The travesty of the “Ellen selfie”

On November 6, 2012, Barack Obama was re-elected for a second term in the White House. In celebration of the victory, the Obama campaign team sent out a tweet that read: “Four more years.” The tweet also included an intimate and emotional photo of the president and first lady locked in an embrace. Of the photo, Kenneth Irby, a senior faculty member of visual journalism at Poynter, wrote:

“The Obama machine understood both the closeness of the race and the power of his image,” said Kenny Irby. “It was not about what the event was, but rather who was in the image,” said Irby. “Millions only cared to see the unity of the first couple and the victory associated with that.”

The photo is historic and it is powerful.

And until last night, it was the most re-tweeted ever photo. To date, it has nearly 800,000 re-tweets.

Image

Last night, as part of the hosting gig at the annual Academy Awards, Ellen DeGeneres walked into the theater of celebrities and gathered many of Hollywood’s top A-listers and engaged the group to take a “selfie.” (The selfie was part of the product placement for the Samsung Galaxy, another critical media topic to be saved for another day.) Ellen then sent it out via Twitter and challenged the worldwide television audience (and the millions more following along on Twitter) to make it become the most re-tweeted photo on Twitter.

She succeeded. As of this writing, the “Ellen selfie” has been re-tweeted 2.6 million times and counting.

And it is a travesty for many reasons.

Before I get into those reasons, I’ll begin by stating this: I have great admiration for Ellen DeGeneres. As a woman and fellow Louisianan, I have followed her career closely. She is witty and kind, and in the face of adversity she has become one of the most successful women in the entertainment business.

I’ll also admit this: I enjoy watching the Academy Awards, but I do not care for the long-standing requirement for the host to put on a “comedy” routine. It’s rarely funny. It’s highly-predictable. And it’s a waste of time.

So without surprise, during last night’s Academy Awards, Ellen DeGeneres did what she was supposed to do: she attempted to be funny. In my opinion, she failed.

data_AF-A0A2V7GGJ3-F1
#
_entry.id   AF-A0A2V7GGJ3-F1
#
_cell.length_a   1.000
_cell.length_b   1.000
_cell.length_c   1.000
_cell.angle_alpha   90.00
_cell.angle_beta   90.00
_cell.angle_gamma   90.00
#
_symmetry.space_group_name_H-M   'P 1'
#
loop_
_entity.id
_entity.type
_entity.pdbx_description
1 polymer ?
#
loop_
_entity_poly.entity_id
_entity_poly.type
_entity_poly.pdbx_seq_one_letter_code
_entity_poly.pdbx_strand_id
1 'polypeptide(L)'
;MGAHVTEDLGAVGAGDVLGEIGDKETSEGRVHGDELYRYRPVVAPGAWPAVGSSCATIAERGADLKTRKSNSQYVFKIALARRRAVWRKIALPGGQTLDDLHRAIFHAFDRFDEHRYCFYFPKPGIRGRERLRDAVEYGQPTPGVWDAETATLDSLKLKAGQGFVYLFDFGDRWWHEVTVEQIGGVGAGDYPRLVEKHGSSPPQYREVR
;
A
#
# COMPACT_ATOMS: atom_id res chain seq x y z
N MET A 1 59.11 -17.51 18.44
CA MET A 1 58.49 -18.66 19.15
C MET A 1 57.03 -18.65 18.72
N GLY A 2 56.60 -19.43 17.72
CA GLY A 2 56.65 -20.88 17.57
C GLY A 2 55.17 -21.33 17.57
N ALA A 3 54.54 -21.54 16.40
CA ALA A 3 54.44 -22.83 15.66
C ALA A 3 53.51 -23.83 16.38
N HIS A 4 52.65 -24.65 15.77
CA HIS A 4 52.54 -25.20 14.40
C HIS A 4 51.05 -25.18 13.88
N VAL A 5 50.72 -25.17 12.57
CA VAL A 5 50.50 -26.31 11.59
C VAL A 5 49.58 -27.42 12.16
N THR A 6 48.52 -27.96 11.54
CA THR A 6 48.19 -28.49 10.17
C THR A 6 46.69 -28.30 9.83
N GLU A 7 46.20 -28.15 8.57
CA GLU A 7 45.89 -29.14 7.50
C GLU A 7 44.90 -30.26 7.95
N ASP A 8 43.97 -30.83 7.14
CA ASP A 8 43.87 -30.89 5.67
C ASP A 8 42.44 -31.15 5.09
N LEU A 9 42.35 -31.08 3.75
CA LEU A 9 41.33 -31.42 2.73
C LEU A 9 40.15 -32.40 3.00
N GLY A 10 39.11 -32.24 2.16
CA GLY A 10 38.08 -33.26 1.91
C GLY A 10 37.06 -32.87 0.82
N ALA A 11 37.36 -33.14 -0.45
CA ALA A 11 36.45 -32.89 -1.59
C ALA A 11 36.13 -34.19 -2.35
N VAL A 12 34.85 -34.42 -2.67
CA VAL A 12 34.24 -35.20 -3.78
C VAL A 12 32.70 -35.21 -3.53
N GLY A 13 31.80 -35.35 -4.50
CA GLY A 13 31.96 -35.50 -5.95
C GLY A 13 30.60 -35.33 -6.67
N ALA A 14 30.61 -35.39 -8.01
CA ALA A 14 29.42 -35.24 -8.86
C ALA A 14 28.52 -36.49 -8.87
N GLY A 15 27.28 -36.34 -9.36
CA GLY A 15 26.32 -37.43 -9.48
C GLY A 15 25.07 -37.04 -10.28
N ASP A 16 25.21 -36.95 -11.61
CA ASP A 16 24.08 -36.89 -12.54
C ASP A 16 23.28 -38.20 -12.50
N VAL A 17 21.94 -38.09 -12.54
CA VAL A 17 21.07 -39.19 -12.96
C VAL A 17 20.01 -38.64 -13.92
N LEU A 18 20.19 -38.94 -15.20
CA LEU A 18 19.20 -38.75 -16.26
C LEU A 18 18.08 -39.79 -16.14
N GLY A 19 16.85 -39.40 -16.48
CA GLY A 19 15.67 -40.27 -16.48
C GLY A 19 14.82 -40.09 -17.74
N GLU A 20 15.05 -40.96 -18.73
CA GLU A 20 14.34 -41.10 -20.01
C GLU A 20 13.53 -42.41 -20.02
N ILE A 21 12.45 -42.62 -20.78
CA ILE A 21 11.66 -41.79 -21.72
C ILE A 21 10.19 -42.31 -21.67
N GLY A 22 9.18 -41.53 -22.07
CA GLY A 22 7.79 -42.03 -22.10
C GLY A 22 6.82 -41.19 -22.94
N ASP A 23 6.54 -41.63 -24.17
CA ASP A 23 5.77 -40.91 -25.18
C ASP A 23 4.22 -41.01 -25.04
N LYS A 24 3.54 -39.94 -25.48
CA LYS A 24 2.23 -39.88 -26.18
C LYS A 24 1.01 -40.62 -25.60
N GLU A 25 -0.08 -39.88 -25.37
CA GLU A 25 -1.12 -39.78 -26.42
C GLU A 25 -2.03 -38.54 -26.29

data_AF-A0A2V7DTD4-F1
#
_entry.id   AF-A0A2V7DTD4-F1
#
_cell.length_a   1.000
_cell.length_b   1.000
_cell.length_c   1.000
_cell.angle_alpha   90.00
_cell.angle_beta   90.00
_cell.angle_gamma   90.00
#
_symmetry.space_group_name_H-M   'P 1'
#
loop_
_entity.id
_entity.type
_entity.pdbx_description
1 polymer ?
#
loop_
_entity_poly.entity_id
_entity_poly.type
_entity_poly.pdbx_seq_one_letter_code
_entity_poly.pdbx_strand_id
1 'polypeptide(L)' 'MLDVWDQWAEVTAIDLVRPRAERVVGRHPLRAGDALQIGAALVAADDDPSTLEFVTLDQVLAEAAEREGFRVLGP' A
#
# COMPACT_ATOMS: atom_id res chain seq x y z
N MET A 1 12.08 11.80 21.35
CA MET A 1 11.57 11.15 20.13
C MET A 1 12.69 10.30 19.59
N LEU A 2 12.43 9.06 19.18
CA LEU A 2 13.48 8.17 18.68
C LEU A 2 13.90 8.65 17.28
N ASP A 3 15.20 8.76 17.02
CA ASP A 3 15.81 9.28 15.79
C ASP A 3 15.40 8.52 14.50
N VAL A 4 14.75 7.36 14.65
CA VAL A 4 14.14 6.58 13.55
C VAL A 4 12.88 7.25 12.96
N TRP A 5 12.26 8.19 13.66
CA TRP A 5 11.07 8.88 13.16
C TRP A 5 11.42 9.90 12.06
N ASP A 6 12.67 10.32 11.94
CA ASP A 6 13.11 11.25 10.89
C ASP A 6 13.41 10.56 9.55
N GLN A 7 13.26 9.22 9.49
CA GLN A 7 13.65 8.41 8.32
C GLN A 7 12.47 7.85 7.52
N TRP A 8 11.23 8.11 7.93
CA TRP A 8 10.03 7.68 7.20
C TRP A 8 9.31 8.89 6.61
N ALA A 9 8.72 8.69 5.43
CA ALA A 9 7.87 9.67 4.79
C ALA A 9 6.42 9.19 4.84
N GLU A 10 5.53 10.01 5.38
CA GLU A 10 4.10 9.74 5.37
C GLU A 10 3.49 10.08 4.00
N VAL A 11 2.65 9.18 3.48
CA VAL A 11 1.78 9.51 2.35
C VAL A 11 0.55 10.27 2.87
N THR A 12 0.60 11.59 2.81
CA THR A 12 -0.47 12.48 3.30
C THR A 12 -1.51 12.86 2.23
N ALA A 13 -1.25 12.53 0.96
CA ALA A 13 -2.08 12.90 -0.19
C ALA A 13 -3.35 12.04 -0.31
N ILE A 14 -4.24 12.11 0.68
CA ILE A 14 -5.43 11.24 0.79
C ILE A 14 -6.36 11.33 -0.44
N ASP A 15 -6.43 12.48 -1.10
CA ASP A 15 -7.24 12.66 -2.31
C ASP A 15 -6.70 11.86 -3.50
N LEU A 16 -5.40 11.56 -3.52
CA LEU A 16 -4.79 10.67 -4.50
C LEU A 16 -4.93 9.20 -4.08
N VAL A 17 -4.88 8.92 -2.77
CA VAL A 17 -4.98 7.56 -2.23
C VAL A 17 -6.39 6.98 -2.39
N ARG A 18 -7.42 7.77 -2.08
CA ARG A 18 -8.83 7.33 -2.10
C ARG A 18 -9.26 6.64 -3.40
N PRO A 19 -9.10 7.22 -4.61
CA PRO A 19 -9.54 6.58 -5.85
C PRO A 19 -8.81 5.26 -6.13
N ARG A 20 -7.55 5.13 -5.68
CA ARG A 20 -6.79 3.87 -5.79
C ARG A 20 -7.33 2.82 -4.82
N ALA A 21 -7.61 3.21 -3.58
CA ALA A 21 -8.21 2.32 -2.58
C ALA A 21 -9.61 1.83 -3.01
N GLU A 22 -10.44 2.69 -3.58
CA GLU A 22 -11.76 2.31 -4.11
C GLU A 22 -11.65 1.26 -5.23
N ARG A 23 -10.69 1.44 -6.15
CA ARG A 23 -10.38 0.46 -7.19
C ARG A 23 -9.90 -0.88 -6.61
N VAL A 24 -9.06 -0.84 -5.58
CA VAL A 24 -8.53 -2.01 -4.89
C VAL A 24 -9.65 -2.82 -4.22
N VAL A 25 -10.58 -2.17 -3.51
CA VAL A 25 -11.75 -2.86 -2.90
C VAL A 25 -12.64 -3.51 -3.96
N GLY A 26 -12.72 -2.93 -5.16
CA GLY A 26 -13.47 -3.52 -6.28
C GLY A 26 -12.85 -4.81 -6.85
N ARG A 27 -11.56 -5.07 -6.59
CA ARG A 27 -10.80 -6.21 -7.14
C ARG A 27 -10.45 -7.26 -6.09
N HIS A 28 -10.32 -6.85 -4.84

But one stunt—the “Ellen selfie”—has clearly shown the power of social media. And it further illustrates the changing nature of media communication, and in particular, the further dismantling of photography as we know it.

So why do I think the “Ellen selfie” is a travesty? First, I don’t necessarily have a problem with the fact of the photo itself. I have a problem with the fact that it now represents the most re-tweeted photo ever on Twitter.

In terms of aesthetics and composition, it’s a terrible photo. Not a huge surprise for a selfie. But I can get over that.

What I cannot get over is the fact that the entire thing was a gimmick. And a bad one at that. The beauty of the Internet and the emerging groundswell is in the fluid and organic ability of content to go viral.

The Obama victory photo shows real human emotion. And it is beautiful and memorable. And it is for those reasons that it spontaneously became the most re-tweeted photo on Twitter.

Do not get me wrong. The Obama campaign was masterful at controlling Obama’s message and the Obama brand (as Irby pointed out). But no one asked for the photo to be re-tweeted. The photo was re-tweeted as evidence of the emotion behind that second historic victory. Was the Obama campaign thrilled that it went viral? Of course.

But the “Ellen selfie” was a pseudo-event (in the words of Daniel Boorstin). And its virality was disingenuous and duplicitous.

Obama “four more years” photo courtesy of https://twitter.com/BarackObama

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One response to “The travesty of the “Ellen selfie”

  1. Pingback: The Collision of Art and Advertising | Visual Communication in the Digital Age·

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